Of the more than 200 schools in the district, Monique Braxton, a spokeswoman for the school district, students from up to 86 schools were sent home early during the beginning of the school year. To fix the problem, old school buildings – averaging 73 years old – need new electrical grids that can handle cooling systems, she said. The district estimates it needs about $7.7 billion in state and federal aid to address aging infrastructures, according to a 2017 Faculty Condition Assessment from the district.
Braxton said online learning during short dismissal days is an option.
Joshua Goodman, an associate professor of education and economics at Boston University who studies extreme heat in schools, said the ideal solution to growing problem is air conditioning. But schools can explore other solutions to cool schools that don’t necessarily involve air conditioning in the meantime, including planting more trees and vegetation and shade especially in urban areas.
'We went through a war zone'
Back in Maui, Raya and his wife lost two businesses they owned – an indoor cycling studio and a boutique retail store in the fires, and their jobs and income. Their home survived, but they can't afford to pay the mortgage and stay in the area near their friends and community. "We had to give up their home and schools," he said.
Isabella draws pictures of her home and friends and Niko is trying to work things out by playing sports. Right after the fire, the kids started having nightmares, acting out with anger and suddenly wanting to eat sugar.
"We’re hardened," he said. "It feels like we went through a war zone."
Three more schools were damaged by the winds, including Lahaina Intermediate School where Kati Hedden teaches eighth grade English.
She's devastated about the loss they are facing on the campus she's worked at for six years.
"It's a really incredible school. ... It's like something out of a dream," she said. "You drive out on Lahainaluna to ocean views and huge West Maui mountains rise up. Often there’s a rainbow and when you turn and face the ocean you can see all of Lahaina. ... You can see whales jumping and people out who are parasailing."
Hedden was on a boat from Lahaina to the San Francisco Bay Area when the wildfires devastated more than 2,000 buildings. Days later, she found out about the fire and that her condo with her belongings inside burned down. She's taking a temporary leave from her job, but when she returns to the island from California, she could be staying with friends until she can afford a new home.
Educators face post-disaster mental health struggles
At a recent board meeting, Hedden asked the Hawaii Department of Education to supplement housing for teachers like it does in some other parts of the state. It's hard to be away from her students, she said.
"Lahaina kids are really kind people," Hedden said. "They're doing wheelies on Front Street and they’re down at the water at sunset swimming with their friends. ... And the community is incredible in always coming together."
Davis said educators face mental health struggles in disasters, too.
"They're putting on another role as an emotional support person for that student and at the same time they’re going through a traumatic event," she said.
Community members are also pressing Hawaiian education officials to locate hundreds of students who are unenrolled from schools across the state. Officials said in a statement Sept. 15 that they have made active contact with 94% of the 3,001 students "who were pre-registered to attend one of the four Lahaina public schools for the 2023-24 school year."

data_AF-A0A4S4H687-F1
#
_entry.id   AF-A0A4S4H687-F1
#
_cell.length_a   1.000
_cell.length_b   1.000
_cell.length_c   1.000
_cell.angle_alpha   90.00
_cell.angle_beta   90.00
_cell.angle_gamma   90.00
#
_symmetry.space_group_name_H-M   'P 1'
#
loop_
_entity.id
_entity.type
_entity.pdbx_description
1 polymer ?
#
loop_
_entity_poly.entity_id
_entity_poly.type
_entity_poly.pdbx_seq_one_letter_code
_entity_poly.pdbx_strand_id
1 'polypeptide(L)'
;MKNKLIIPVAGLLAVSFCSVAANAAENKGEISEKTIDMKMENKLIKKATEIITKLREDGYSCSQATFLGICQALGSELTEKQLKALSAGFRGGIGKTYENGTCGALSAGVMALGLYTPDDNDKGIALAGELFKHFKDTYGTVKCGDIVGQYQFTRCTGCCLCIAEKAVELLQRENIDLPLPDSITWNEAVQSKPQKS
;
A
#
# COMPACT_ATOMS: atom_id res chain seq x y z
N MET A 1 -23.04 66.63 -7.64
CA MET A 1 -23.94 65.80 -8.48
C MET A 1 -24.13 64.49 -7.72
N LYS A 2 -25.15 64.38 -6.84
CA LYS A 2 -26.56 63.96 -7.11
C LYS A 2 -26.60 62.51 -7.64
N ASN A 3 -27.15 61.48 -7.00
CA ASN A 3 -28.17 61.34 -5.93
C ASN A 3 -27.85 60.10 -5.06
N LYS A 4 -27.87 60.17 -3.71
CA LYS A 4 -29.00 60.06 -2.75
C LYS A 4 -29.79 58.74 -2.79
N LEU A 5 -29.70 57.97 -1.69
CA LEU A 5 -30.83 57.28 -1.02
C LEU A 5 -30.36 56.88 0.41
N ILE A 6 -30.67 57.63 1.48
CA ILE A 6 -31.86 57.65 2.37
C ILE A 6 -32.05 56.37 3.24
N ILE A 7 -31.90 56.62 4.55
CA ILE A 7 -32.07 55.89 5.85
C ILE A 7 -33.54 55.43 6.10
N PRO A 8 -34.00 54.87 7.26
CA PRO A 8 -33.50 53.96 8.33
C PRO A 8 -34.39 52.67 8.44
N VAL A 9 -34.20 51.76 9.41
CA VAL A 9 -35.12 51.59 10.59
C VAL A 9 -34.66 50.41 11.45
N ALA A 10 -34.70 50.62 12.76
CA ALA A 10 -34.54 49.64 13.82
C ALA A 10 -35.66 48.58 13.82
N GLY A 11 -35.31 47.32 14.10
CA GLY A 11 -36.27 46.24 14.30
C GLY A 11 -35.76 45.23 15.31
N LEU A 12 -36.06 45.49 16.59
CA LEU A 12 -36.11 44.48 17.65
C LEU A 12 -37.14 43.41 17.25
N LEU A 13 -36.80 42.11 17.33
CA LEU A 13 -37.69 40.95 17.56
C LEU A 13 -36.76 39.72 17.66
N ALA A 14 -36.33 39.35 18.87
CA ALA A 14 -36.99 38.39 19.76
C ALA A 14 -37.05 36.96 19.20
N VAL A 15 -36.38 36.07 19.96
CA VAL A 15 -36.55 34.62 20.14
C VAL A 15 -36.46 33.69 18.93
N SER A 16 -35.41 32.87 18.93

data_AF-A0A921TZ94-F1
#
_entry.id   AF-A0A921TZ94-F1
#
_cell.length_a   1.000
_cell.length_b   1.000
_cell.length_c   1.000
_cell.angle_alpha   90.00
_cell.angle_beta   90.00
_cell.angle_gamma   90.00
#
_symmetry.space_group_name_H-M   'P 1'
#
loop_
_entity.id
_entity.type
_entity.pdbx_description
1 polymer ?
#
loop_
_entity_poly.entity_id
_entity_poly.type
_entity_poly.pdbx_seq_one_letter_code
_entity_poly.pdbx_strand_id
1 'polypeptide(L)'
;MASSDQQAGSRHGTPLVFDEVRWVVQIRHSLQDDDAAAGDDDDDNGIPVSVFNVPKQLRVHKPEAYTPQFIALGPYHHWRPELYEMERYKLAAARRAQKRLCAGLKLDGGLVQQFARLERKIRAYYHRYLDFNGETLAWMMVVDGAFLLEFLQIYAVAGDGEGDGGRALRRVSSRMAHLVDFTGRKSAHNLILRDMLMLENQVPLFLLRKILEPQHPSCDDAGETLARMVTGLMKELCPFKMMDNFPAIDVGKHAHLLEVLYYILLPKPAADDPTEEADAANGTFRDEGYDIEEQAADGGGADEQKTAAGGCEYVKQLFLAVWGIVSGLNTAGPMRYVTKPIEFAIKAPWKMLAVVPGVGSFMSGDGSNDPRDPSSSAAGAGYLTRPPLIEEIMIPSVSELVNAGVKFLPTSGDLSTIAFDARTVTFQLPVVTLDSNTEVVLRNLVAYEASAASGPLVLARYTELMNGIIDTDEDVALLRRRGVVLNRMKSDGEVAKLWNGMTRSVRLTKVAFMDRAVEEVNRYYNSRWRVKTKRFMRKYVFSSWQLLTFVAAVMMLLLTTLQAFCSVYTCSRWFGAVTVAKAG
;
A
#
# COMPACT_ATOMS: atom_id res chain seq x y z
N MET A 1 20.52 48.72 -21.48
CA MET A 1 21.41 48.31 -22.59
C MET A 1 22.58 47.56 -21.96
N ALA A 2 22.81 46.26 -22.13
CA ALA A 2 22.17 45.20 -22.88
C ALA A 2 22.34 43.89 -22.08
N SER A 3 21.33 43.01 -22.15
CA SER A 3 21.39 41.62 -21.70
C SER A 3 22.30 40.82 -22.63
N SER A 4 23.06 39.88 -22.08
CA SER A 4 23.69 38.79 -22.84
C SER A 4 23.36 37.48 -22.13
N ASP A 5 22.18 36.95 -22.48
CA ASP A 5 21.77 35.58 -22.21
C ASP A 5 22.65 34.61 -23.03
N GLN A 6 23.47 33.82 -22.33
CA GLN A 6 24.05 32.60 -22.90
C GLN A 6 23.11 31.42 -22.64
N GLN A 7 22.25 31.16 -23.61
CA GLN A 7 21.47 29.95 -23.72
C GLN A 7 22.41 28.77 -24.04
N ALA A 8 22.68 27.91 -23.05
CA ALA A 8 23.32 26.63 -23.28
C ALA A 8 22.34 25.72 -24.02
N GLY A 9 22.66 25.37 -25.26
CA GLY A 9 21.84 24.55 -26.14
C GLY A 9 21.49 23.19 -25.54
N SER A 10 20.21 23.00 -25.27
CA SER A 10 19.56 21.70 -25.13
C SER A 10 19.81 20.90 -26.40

At a recent school board meeting, they announced plans to reopen the damaged schools in mid-October and work on a "new, permanent campus" for King Kamehameha III Elementary.
Reflecting on the ruin in Lahaina, Raya said communities need to plan better "for the next disaster for these schools." One suggestion, he said, is legislation requiring backup facilities where schools can host kids "if something like this happens."
What is the path forward? Jackson, Mississippi, water crisis closed school campuses (again).
Heat wave in Mid-Atlantic, Northeast: Forces schools to close, modify schedules
'How will we recover?'
The U.S. Department of Education's Disaster Recovery Unit is assisting with more natural disaster recovery efforts in recent years, but it is spending fewer dollars on each one, according to federal data provided by the department. It granted Project School Emergency Response to Violence financial awards to 24 local education agencies and colleges in the past three years to California, Colorado, Oregon, Puerto Rico, Mississippi and Florida with a total spending of more than $5.5 million.
By comparison, in 2018 and 2019, the unit awarded nine financial awards worth a total of nearly $15 million to school districts in California, Florida Texas, the U.S. Virgin Islands, Puerto Rico and the Commonwealth of the Northern Mariana Islands, and North Carolina. The additional funding for those years came from the 2018 Bipartisan Budget Act and 2019 Disaster Supplemental, said Vanessa Harmoush, a spokeswoman for the department.
Following a major natural disaster declaration, the unit "participates in FEMA-led federal recovery efforts," Harmoush said. Schools can apply for Project SERV disaster recovery grants for funding, she said.
Before moving toward solutions, Davis said people have to recognize the inequities between the intersection of the American education system and increasing environmental concerns.
"My fear is: We’re looking at places like Morocco and Pakistan and Libya and other places internationally that have been devastated. But what will happen when those events come to us and our own backyard?" Davis said. "How will we recover from those sort of travesties, and what does justice look like?"
Contact Kayla Jimenez at firstname.lastname@example.org. Follow her on X, formerly Twitter, at @kaylajjimenez.
This article originally appeared on USA TODAY: Disasters are changing the US landscape - both in towns and in schools